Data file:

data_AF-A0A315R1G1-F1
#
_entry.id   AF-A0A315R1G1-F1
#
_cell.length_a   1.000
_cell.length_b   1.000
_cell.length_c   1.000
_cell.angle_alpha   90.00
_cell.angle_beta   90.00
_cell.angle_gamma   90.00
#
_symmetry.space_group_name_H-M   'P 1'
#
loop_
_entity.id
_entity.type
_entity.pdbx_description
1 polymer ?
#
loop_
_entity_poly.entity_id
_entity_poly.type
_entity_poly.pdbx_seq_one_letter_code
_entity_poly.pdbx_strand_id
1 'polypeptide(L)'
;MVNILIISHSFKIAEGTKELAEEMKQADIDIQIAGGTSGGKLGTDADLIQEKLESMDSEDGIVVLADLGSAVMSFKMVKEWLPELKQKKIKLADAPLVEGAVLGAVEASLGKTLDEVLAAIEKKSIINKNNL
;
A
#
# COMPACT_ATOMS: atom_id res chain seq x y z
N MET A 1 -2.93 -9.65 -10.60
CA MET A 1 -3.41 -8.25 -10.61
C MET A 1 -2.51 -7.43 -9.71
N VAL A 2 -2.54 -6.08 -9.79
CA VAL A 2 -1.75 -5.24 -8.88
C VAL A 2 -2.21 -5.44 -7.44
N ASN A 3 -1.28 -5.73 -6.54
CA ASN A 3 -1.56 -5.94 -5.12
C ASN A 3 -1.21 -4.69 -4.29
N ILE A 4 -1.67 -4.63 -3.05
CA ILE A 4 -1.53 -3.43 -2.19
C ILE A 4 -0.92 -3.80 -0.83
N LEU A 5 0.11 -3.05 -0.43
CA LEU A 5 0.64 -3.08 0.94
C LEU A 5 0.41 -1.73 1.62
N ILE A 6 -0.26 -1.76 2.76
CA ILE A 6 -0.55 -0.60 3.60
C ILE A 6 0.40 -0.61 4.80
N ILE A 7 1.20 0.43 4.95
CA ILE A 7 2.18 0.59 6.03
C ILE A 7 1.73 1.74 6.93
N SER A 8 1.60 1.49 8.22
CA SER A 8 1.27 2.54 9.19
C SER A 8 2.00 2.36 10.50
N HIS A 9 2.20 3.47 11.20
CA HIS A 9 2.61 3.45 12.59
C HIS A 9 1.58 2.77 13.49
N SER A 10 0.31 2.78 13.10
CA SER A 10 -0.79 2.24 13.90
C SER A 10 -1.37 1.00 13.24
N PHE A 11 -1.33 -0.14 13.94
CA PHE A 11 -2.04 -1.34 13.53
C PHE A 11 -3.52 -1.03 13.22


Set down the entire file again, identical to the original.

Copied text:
data_AF-A0A315R1G1-F1
#
_entry.id   AF-A0A315R1G1-F1
#
_cell.length_a   1.000
_cell.length_b   1.000
_cell.length_c   1.000
_cell.angle_alpha   90.00
_cell.angle_beta   90.00
_cell.angle_gamma   90.00
#
_symmetry.space_group_name_H-M   'P 1'
#
loop_
_entity.id
_entity.type
_entity.pdbx_description
1 polymer ?
#
loop_
_entity_poly.entity_id
_entity_poly.type
_entity_poly.pdbx_seq_one_letter_code
_entity_poly.pdbx_strand_id
1 'polypeptide(L)'
;MVNILIISHSFKIAEGTKELAEEMKQADIDIQIAGGTSGGKLGTDADLIQEKLESMDSEDGIVVLADLGSAVMSFKMVKEWLPELKQKKIKLADAPLVEGAVLGAVEASLGKTLDEVLAAIEKKSIINKNNL
;
A
#
# COMPACT_ATOMS: atom_id res chain seq x y z
N MET A 1 -2.93 -9.65 -10.60
CA MET A 1 -3.41 -8.25 -10.61
C MET A 1 -2.51 -7.43 -9.71
N VAL A 2 -2.54 -6.08 -9.79
CA VAL A 2 -1.75 -5.24 -8.88
C VAL A 2 -2.21 -5.44 -7.44
N ASN A 3 -1.28 -5.73 -6.54
CA ASN A 3 -1.56 -5.94 -5.12
C ASN A 3 -1.21 -4.69 -4.29
N ILE A 4 -1.67 -4.63 -3.05
CA ILE A 4 -1.53 -3.43 -2.19
C ILE A 4 -0.92 -3.80 -0.83
N LEU A 5 0.11 -3.05 -0.43
CA LEU A 5 0.64 -3.08 0.94
C LEU A 5 0.41 -1.73 1.62
N ILE A 6 -0.26 -1.76 2.76
CA ILE A 6 -0.55 -0.60 3.60
C ILE A 6 0.40 -0.61 4.80
N ILE A 7 1.20 0.43 4.95
CA ILE A 7 2.18 0.59 6.03
C ILE A 7 1.73 1.74 6.93
N SER A 8 1.60 1.49 8.22
CA SER A 8 1.27 2.54 9.19
C SER A 8 2.00 2.36 10.50
N HIS A 9 2.20 3.47 11.20
CA HIS A 9 2.61 3.45 12.59
C HIS A 9 1.58 2.77 13.49
N SER A 10 0.31 2.78 13.10
CA SER A 10 -0.79 2.24 13.90
C SER A 10 -1.37 1.00 13.24
N PHE A 11 -1.33 -0.14 13.94
CA PHE A 11 -2.04 -1.34 13.53
C PHE A 11 -3.52 -1.03 13.22